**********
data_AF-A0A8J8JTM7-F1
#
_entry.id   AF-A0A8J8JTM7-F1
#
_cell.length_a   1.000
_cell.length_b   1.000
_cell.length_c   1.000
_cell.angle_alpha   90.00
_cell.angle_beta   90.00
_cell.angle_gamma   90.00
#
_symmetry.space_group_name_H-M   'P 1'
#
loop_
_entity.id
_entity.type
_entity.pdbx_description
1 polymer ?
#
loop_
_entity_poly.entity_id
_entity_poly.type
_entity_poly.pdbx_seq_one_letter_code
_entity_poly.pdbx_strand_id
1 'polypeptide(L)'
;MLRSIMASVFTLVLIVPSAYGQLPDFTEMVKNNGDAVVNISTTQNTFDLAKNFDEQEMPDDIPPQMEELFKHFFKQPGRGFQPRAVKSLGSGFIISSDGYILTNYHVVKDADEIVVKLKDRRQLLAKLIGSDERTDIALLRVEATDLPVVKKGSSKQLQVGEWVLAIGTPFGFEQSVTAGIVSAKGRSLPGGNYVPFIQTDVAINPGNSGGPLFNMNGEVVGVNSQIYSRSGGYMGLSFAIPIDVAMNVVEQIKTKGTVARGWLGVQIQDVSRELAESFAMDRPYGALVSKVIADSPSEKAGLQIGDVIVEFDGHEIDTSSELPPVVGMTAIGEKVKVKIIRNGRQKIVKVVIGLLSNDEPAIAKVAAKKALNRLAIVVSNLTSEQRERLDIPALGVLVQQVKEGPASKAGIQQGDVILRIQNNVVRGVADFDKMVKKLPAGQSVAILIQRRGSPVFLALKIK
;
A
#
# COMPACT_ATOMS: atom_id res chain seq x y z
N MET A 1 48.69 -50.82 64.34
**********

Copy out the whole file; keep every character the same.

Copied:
data_AF-A0A8J8JTM7-F1
#
_entry.id   AF-A0A8J8JTM7-F1
#
_cell.length_a   1.000
_cell.length_b   1.000
_cell.length_c   1.000
_cell.angle_alpha   90.00
_cell.angle_beta   90.00
_cell.angle_gamma   90.00
#
_symmetry.space_group_name_H-M   'P 1'
#
loop_
_entity.id
_entity.type
_entity.pdbx_description
1 polymer ?
#
loop_
_entity_poly.entity_id
_entity_poly.type
_entity_poly.pdbx_seq_one_letter_code
_entity_poly.pdbx_strand_id
1 'polypeptide(L)'
;MLRSIMASVFTLVLIVPSAYGQLPDFTEMVKNNGDAVVNISTTQNTFDLAKNFDEQEMPDDIPPQMEELFKHFFKQPGRGFQPRAVKSLGSGFIISSDGYILTNYHVVKDADEIVVKLKDRRQLLAKLIGSDERTDIALLRVEATDLPVVKKGSSKQLQVGEWVLAIGTPFGFEQSVTAGIVSAKGRSLPGGNYVPFIQTDVAINPGNSGGPLFNMNGEVVGVNSQIYSRSGGYMGLSFAIPIDVAMNVVEQIKTKGTVARGWLGVQIQDVSRELAESFAMDRPYGALVSKVIADSPSEKAGLQIGDVIVEFDGHEIDTSSELPPVVGMTAIGEKVKVKIIRNGRQKIVKVVIGLLSNDEPAIAKVAAKKALNRLAIVVSNLTSEQRERLDIPALGVLVQQVKEGPASKAGIQQGDVILRIQNNVVRGVADFDKMVKKLPAGQSVAILIQRRGSPVFLALKIK
;
A
#
# COMPACT_ATOMS: atom_id res chain seq x y z
N MET A 1 48.69 -50.82 64.34